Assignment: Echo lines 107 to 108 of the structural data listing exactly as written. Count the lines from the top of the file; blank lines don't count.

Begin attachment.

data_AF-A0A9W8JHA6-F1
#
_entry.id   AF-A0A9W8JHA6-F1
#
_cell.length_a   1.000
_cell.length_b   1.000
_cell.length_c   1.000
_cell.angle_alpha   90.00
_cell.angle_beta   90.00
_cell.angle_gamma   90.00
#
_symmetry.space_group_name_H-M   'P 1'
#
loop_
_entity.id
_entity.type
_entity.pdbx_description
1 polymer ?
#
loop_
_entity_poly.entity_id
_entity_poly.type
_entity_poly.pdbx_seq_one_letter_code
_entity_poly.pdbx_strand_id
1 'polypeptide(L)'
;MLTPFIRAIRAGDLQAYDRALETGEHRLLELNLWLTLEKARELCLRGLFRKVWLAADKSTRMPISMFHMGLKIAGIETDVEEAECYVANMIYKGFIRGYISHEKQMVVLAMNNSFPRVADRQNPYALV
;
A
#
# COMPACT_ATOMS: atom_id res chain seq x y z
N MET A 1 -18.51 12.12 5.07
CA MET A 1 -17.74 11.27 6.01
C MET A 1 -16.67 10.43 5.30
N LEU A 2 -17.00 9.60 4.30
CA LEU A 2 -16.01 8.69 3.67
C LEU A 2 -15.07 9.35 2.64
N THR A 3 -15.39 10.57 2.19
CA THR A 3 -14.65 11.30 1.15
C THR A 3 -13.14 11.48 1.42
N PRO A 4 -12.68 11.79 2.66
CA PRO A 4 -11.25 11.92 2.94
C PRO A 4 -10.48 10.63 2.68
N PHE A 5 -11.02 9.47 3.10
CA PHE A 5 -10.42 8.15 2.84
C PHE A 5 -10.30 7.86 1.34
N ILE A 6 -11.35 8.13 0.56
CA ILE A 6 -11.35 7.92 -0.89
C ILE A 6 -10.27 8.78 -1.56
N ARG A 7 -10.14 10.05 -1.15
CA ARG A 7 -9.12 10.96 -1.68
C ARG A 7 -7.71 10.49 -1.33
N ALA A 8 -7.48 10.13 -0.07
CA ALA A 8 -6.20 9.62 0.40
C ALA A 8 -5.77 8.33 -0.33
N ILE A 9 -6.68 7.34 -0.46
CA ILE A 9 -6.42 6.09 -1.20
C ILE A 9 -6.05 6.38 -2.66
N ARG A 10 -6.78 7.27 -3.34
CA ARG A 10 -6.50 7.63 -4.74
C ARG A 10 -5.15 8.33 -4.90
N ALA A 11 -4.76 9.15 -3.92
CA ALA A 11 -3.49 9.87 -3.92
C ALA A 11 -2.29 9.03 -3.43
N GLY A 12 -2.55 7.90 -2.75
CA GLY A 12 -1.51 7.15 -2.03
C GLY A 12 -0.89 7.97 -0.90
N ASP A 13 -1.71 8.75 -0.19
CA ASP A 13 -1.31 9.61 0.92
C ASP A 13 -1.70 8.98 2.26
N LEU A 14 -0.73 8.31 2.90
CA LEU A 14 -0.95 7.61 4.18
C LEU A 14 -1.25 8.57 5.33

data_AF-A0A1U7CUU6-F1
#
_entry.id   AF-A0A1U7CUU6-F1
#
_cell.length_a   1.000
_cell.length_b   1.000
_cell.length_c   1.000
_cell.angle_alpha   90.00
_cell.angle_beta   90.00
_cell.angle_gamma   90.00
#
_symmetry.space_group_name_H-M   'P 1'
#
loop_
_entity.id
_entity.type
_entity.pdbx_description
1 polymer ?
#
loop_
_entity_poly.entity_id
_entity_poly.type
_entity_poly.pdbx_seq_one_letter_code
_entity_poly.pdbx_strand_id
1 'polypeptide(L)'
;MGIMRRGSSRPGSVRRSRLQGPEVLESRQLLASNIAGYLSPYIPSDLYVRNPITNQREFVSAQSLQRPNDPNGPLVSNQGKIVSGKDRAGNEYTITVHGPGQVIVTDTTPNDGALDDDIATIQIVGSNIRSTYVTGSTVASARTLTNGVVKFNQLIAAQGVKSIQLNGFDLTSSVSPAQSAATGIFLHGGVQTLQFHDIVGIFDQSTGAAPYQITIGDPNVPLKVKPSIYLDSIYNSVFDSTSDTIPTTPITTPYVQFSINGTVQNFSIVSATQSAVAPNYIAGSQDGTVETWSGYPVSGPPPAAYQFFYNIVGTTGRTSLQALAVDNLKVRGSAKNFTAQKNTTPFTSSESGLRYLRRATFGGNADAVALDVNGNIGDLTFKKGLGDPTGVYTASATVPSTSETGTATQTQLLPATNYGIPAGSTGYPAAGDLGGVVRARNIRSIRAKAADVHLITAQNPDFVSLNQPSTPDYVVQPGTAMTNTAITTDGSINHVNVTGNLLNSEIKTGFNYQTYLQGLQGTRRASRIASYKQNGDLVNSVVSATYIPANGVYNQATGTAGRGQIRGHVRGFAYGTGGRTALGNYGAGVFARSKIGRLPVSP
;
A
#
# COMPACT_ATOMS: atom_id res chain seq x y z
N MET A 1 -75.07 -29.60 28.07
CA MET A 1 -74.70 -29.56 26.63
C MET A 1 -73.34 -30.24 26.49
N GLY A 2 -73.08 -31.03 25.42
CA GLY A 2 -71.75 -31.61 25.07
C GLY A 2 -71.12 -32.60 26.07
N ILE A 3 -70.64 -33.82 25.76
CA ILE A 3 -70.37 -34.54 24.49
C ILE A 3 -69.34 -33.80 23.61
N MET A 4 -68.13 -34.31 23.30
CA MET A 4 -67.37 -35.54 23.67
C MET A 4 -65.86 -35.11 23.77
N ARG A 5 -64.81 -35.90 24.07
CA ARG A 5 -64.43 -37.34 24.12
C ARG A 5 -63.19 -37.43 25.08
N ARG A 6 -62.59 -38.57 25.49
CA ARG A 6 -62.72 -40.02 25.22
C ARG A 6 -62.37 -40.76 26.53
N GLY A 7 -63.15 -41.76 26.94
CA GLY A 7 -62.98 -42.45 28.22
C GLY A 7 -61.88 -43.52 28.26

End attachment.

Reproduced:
CA GLY A 2 -71.75 -31.61 25.07
C GLY A 2 -71.12 -32.60 26.07